The Porta del Vento wine estate is situated at 600 metres a.s.l. in a valley forming part of the Valdibella (Camporeale) district in the province of Palermo, in the Alcamo and Monreale DOC appellation areas. Ten hectares were planted to vine between 1974 and 1984 in a vineyard – the highest of the province – having a light sandy soil resting above a sandstone crust. Expert farmers aligned the vines in rows along the steep slopes, orienting them northwards, in order to protect from too much sun. The area is very windy with great day-night temperature swings.
Grapes are certified organic and only appropriate sulphur- and copper-based products are hand-sprayed directly onto the plants to avoid the accumulation of substances in the soil. Hand-hoeing is practised along the rows. The winery does not use any chemical weed and pest control products or fertilisers. Marco tries to understand and maintain the balance of the spontaneous vegetation (grass), paying particular attention to biodiversity. The hand-picked grapes are collected in boxes and taken immediately to the wine estate cellar, where they undergo a fermentation process. Wines are racked as little as possible and no filtration as not to deprive them of the elements that make them truly unique. Thus they express the terroir and convey wonderful emotions to discriminating wine enthusiasts.
Overshadowed by other Italian wine regions for decades, Sicily is now enjoying a deserved respect thanks to a new generation of ambitious winemakers. The focus is now on quality as opposed to quantity, and this shift in attitude is the reason behind the new popularity. Sicily is the largest of the Mediterranean islands and the southernmost region of Italy. The hot winds from Africa blow on the coasts of the island allowing the Nero d'Avola, a late-maturing varietal, to fully develop and ripen. The best wines are found in the island’s east, mainly to the north in the volcanic area of Etna and in the south where the Cerasuolo di Vittoria and Eloro appellations are located.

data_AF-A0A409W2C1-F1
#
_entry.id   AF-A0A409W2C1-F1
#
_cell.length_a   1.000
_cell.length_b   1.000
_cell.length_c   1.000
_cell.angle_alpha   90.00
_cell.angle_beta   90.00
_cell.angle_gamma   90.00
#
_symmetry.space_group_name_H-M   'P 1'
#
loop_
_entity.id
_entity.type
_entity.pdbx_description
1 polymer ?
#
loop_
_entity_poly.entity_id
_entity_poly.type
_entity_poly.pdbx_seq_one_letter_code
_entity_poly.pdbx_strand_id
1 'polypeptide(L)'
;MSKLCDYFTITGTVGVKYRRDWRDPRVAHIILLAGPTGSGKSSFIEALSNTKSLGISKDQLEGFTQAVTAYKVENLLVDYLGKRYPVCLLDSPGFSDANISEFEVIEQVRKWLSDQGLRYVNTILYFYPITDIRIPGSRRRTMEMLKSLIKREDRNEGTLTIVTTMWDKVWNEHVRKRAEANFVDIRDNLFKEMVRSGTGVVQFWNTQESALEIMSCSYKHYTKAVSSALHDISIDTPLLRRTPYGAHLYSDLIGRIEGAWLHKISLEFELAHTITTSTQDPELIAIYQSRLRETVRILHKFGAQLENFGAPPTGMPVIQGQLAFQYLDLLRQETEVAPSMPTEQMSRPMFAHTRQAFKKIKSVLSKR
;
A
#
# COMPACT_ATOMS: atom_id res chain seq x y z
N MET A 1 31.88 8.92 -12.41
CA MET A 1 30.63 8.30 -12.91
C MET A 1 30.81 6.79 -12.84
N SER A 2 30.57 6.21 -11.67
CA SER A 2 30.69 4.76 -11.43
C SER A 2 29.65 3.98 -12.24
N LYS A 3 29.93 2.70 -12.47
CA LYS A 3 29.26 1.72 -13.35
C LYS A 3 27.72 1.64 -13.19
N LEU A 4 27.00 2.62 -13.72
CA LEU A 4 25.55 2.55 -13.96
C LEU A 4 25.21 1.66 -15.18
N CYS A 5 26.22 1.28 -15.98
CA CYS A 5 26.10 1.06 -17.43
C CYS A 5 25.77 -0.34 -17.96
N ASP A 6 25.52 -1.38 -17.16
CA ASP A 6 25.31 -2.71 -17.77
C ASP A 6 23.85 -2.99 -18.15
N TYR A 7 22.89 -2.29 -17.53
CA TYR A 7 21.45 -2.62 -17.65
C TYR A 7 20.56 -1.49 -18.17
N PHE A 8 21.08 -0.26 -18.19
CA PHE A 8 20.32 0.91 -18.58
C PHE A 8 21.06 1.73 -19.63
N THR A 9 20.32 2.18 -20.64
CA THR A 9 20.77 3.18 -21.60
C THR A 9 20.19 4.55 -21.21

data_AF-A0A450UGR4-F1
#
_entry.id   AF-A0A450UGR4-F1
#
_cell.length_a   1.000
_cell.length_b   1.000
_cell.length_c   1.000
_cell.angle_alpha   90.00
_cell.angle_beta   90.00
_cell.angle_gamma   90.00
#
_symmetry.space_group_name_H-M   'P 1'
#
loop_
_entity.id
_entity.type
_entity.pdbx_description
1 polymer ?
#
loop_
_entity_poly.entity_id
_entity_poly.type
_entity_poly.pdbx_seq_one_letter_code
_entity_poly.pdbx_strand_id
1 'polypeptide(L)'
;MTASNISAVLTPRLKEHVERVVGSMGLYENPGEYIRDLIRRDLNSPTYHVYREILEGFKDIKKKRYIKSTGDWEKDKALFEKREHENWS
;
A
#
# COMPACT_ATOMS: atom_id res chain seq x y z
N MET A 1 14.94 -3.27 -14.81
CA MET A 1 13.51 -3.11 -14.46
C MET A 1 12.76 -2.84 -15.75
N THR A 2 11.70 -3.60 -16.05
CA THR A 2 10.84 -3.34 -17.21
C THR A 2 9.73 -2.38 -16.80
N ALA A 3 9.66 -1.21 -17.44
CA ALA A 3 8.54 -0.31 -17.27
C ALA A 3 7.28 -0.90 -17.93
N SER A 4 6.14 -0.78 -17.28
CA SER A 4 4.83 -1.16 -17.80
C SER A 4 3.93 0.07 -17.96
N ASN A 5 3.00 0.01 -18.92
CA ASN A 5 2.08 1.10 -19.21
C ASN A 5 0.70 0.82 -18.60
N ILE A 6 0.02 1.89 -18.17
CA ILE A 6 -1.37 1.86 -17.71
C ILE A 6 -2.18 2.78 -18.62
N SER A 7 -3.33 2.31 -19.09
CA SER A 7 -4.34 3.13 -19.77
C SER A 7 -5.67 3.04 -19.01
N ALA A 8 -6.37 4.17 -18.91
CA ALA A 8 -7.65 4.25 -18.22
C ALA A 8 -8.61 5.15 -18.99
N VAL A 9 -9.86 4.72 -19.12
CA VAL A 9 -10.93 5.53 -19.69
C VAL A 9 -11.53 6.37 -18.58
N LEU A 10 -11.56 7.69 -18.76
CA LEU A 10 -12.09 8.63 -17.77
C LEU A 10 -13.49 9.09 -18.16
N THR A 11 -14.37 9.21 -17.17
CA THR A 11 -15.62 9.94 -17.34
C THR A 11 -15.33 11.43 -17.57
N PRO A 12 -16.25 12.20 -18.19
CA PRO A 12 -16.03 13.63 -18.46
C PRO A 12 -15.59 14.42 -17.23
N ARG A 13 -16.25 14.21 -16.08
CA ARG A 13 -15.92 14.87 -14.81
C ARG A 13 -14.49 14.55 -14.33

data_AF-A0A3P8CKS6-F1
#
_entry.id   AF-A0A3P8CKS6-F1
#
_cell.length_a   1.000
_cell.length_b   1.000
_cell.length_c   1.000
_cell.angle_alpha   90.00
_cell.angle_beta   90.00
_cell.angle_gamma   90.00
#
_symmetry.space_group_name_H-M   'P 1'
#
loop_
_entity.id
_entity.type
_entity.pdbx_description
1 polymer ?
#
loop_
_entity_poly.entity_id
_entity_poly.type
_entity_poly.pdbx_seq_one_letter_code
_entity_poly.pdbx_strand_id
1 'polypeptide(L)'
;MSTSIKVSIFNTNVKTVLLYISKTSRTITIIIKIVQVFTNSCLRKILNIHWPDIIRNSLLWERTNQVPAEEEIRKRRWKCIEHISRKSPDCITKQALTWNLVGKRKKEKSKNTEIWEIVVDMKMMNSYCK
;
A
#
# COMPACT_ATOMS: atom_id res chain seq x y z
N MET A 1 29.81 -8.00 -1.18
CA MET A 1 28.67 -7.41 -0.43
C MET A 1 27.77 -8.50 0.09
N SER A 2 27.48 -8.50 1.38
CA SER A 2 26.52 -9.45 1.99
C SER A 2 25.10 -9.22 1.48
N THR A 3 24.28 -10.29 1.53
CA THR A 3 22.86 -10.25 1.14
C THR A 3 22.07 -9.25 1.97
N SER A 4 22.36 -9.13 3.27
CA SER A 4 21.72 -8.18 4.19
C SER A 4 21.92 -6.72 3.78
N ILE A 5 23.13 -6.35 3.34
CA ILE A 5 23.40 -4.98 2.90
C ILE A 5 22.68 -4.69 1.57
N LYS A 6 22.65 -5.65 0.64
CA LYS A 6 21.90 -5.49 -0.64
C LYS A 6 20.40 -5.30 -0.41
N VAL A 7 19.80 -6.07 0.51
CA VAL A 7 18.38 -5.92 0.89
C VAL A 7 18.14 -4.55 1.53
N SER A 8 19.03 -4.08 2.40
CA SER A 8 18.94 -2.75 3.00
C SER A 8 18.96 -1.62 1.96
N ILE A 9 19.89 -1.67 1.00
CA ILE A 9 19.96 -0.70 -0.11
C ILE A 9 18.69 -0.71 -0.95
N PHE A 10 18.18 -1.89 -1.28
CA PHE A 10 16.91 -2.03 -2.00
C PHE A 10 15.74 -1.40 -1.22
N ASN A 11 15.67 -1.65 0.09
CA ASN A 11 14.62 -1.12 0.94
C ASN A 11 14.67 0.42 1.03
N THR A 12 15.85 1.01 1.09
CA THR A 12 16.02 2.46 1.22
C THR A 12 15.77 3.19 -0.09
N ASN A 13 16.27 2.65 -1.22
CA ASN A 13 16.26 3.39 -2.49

Although many international grape varietals are grown in Sicily, its best wines are made from indigenous grape varieties such as Nero d'Avola, Frappato, Cataratto, and Albanello. Soils vary greatly from one region to another and contain limestone, red sand, clay, volcanic tuff or, frequently, a combination of these. In addition to these unique soils the altitude of the vineyards, the type of viticulture, and the winemaking styles also have an important impact on the final product. The best winegrowers and winemakers successfully manage these challenging components and produce outstanding wines.